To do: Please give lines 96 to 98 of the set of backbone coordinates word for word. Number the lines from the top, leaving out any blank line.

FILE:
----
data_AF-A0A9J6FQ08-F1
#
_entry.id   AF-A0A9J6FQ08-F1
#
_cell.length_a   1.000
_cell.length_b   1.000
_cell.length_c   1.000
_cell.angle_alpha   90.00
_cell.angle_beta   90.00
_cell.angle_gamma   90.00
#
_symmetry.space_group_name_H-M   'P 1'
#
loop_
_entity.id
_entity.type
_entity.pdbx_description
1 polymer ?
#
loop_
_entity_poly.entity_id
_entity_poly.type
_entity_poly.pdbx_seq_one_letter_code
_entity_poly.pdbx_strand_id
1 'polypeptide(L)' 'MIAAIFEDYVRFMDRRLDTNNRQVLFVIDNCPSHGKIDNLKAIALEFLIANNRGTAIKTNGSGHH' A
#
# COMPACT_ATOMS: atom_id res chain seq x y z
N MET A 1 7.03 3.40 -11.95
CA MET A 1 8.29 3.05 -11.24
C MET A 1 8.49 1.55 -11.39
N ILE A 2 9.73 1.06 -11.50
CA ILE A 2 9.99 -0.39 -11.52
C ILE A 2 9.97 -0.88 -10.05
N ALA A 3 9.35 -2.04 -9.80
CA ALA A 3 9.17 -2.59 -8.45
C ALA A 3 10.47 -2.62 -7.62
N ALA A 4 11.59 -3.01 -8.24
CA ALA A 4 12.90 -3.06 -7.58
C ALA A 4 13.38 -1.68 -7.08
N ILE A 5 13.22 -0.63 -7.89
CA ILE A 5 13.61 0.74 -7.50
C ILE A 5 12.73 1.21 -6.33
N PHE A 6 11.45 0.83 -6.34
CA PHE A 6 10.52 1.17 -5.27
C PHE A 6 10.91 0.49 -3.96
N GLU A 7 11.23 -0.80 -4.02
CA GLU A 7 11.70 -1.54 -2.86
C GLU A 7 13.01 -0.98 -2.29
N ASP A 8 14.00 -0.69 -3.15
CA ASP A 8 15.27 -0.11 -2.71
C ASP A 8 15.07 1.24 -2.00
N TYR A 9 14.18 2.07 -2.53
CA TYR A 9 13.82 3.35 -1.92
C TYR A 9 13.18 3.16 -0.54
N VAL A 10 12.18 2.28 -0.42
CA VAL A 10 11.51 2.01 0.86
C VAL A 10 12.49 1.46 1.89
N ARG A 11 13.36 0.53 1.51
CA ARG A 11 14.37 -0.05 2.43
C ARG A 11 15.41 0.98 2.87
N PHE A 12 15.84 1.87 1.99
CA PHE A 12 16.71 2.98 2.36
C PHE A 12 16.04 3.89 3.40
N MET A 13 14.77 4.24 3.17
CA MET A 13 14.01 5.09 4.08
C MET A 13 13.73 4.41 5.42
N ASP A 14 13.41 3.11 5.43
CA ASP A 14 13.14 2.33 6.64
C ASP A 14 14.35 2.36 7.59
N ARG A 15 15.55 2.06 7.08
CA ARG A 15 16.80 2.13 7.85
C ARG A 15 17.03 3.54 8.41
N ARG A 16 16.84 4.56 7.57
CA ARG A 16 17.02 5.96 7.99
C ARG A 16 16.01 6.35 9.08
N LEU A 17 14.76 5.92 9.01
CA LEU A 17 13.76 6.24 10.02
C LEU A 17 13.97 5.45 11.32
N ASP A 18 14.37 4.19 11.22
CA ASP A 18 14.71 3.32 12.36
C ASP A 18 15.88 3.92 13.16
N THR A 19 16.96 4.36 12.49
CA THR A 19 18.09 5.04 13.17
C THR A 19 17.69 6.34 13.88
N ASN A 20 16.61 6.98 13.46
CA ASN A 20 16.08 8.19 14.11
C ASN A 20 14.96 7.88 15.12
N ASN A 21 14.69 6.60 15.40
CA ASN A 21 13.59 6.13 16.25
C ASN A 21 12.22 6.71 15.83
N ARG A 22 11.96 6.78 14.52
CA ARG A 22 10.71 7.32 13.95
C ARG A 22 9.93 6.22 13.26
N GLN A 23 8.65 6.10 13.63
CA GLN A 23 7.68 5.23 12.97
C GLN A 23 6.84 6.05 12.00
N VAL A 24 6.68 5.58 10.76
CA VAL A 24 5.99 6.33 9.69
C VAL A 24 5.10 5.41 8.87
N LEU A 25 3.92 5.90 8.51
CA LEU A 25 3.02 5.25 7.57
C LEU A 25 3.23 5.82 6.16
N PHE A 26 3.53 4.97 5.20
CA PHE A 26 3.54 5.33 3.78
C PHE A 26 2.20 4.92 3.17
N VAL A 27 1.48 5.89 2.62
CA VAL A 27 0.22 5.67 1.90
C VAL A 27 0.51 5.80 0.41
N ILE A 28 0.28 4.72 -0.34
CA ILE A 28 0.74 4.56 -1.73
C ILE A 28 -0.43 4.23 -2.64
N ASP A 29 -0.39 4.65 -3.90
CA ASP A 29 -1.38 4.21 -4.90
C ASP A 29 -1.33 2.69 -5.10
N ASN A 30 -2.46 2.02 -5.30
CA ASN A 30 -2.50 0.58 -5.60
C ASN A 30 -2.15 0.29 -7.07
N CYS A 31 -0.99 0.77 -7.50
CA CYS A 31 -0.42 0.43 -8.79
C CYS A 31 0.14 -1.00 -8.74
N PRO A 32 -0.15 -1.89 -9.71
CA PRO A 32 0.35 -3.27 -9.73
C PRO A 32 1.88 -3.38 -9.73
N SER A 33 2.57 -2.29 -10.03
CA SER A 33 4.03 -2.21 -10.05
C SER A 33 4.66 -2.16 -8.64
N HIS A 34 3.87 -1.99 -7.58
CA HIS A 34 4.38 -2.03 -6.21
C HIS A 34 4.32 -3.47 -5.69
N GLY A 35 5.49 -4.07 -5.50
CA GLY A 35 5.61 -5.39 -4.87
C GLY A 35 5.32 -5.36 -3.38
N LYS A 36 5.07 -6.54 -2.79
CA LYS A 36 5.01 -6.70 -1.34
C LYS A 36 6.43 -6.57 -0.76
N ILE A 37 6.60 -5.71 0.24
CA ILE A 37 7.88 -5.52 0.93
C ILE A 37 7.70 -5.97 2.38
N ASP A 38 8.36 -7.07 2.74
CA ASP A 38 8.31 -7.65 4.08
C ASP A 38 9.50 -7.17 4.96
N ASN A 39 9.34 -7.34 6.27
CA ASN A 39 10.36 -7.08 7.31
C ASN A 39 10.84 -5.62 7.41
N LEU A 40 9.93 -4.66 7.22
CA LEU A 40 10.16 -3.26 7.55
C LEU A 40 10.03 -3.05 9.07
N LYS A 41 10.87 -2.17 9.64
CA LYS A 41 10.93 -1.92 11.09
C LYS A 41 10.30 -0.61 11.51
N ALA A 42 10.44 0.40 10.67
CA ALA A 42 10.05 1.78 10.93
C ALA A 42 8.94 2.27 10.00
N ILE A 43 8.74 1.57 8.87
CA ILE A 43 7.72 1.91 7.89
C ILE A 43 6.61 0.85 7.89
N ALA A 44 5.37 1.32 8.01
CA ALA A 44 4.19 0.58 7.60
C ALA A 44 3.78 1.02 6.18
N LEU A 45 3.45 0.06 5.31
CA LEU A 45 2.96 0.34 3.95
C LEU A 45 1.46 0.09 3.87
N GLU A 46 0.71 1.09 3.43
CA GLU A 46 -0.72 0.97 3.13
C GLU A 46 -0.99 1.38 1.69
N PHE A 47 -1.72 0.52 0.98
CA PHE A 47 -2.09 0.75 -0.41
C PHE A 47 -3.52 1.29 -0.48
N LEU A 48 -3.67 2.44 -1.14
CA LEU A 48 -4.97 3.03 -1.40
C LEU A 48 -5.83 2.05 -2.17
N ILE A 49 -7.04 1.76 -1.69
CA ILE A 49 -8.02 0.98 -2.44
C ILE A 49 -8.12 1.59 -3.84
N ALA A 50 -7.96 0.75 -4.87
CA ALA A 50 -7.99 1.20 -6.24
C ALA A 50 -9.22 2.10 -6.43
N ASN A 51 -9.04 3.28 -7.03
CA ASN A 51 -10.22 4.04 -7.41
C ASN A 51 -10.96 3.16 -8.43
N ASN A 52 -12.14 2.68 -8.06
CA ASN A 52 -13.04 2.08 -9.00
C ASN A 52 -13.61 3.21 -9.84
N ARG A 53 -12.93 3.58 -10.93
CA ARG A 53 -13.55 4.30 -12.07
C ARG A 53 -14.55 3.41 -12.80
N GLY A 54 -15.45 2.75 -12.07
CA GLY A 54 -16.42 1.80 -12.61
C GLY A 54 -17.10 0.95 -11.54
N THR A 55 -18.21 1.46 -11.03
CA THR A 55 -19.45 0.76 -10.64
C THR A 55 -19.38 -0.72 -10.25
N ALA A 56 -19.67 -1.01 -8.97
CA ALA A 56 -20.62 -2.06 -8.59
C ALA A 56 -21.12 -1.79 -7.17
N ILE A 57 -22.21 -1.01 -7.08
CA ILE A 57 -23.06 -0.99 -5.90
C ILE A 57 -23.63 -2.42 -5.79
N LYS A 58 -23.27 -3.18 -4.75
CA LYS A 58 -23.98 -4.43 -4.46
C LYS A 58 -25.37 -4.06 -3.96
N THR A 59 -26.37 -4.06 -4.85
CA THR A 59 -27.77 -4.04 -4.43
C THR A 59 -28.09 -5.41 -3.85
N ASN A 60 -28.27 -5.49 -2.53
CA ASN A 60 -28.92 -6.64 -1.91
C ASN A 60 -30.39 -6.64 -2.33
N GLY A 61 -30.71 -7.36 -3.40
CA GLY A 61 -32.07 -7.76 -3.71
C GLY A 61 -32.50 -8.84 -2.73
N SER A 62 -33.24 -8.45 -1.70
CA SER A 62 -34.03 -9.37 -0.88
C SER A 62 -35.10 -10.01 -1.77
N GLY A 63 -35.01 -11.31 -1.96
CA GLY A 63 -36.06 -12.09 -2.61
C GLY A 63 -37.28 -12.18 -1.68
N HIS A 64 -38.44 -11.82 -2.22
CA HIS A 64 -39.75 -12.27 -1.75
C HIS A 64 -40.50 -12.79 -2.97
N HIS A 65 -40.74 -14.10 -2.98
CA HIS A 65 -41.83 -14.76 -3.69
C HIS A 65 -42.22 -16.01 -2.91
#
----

C GLN A 23 6.84 6.05 12.00
N VAL A 24 6.68 5.58 10.76
CA VAL A 24 5.99 6.33 9.69